Review of Ofsted school inspection reports 2017 to 2018
In England, science is a core subject which must be taught to all children in primary and secondary schools. Despite this, in recent years performance measures have focused more on maths and English, with science receiving less consideration.
This review looks at how often Ofsted school inspection reports commented on science between September 2017 and July 2018.
- Facts and figures on how often Ofsted reports mention science
Who this is for
- UK policy makers
- anyone who wants to understand how science is reviewed by Ofsted inspectors
To understand how science is reviewed by Ofsted inspectors, we analysed their reports for 2017 to 2018 and compared how frequently the word ‘science’ was used, compared to ‘maths’ in particular.
- Mentions of science in primary school inspection reports have increased over the years. In 2017-18 it was mentioned in 61% of reports. This is still much less than maths, which was mentioned in 100% of reports.
- In secondary school inspection reports, mentions of science increased to 87%. This is only 12% behind maths.
Ofsted inspections should contribute to raising the quality of science in schools. Every effort should be made to ensure science is mentioned in all short and full inspection reports, and this equals mentions of maths and English. This is a critical part of the accountability system and will help to highlight the importance of science to schools and teachers.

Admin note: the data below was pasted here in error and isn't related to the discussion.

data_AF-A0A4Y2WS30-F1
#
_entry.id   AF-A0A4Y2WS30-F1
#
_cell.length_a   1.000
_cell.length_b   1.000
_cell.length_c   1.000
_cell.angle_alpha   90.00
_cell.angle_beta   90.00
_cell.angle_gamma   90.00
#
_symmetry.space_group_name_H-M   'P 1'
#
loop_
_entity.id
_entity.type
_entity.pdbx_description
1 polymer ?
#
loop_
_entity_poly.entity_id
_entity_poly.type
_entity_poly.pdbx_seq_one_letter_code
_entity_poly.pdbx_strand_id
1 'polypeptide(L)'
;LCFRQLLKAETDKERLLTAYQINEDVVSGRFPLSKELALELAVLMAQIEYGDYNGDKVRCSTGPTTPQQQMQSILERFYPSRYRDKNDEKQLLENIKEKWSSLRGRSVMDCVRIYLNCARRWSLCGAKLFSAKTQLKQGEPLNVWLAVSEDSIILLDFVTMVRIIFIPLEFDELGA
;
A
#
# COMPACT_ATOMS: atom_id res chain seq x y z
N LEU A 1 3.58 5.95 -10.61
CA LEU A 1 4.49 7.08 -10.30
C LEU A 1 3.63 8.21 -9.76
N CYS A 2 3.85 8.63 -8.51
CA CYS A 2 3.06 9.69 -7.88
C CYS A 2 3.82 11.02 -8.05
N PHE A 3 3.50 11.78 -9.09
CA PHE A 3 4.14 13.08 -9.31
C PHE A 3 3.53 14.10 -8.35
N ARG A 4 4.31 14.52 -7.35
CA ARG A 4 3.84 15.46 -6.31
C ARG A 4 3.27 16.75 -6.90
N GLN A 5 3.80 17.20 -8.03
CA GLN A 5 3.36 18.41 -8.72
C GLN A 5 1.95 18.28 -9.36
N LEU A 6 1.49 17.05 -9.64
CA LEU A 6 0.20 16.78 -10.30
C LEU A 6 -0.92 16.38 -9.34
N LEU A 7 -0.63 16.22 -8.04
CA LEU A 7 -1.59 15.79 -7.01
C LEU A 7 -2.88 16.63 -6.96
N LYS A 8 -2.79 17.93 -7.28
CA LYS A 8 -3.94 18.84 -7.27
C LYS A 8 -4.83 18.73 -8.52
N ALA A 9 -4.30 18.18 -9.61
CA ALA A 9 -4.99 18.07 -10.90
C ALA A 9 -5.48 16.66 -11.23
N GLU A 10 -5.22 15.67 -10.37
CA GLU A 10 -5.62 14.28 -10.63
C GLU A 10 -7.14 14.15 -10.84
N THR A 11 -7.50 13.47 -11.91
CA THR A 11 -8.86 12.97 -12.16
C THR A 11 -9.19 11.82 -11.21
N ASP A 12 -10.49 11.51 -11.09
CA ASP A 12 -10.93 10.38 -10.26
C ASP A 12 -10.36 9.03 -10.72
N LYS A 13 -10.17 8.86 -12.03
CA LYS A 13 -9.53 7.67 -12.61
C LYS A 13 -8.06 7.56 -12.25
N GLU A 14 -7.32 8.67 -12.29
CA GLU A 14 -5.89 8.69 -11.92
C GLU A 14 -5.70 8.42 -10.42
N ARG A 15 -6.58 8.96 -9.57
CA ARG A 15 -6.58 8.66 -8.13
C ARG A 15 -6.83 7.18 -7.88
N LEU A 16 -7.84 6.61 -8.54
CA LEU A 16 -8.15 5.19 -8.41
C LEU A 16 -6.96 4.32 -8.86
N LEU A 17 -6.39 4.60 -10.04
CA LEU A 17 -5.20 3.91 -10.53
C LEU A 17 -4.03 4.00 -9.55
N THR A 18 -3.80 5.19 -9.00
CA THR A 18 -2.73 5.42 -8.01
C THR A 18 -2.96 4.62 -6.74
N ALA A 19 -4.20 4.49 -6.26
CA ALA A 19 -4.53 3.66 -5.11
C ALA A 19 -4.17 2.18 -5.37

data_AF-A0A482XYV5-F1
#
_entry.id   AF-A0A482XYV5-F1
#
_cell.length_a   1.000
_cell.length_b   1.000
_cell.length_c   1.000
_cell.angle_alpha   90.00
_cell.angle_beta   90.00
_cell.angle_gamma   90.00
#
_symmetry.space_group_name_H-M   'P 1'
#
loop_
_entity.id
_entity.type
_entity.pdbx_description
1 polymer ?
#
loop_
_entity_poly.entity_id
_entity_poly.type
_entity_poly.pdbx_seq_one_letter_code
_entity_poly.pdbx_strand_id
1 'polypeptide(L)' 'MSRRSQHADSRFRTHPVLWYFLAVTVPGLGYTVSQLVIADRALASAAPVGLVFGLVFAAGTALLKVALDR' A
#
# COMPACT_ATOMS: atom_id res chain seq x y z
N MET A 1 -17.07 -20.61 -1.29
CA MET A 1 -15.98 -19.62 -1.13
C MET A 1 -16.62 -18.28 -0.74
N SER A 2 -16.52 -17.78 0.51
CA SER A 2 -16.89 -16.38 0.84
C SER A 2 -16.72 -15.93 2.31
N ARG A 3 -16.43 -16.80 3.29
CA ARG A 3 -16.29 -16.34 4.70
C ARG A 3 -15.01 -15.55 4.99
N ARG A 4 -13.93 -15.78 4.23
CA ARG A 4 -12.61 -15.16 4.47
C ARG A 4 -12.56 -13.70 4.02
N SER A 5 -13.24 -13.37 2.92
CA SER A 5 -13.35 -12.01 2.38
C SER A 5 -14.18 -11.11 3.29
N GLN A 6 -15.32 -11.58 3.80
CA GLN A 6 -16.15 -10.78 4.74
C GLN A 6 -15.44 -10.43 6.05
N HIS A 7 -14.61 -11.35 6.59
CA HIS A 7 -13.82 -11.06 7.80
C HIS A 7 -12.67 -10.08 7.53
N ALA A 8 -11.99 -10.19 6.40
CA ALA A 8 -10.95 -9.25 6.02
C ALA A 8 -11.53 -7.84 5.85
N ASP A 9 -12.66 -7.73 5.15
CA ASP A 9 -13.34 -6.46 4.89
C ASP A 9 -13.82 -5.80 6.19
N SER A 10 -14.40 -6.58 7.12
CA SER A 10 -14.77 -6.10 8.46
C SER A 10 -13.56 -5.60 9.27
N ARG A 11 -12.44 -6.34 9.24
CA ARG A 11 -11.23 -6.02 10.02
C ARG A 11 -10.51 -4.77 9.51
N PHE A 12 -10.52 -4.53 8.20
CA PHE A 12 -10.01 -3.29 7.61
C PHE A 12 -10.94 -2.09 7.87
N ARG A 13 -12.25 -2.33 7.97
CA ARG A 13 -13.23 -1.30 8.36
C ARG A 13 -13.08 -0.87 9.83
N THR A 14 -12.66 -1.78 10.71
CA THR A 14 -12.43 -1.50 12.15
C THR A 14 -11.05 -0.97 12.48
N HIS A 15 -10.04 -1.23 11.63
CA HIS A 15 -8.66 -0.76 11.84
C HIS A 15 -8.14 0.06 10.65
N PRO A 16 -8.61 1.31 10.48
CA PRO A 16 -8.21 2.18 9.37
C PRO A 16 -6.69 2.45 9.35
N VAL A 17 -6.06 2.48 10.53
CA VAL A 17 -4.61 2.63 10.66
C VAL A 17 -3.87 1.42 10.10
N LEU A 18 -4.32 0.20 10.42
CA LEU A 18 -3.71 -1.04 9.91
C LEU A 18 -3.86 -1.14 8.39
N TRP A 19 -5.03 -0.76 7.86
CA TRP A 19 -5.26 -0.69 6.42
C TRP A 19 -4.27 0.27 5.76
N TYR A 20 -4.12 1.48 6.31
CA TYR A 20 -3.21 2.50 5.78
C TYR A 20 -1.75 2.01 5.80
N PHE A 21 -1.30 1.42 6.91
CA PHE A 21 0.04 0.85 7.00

- Hands-on, practical science is an invaluable part of science education. All Ofsted reports, especially full inspection reports, should comment on the quality and quantity of a school’s provision of investigative or experimental science work.
If you would like to find out more about how to raise the visibility of primary science learning at your school Click here
Read the full report Here
Primary science teaching – from the staff and from pupils’ points of view
Is science-specific CPD really worth it? Our continued research into primary science teaching shows strong connections between pupils’ attitudes to science and the practice and expertise of their science leaders. These reports dive deeper into teachers’ interviews around the “State of the Nation” research published in 2017, and look at pupils’ views of science.
Courtesy: The Wellcome Trust, original post here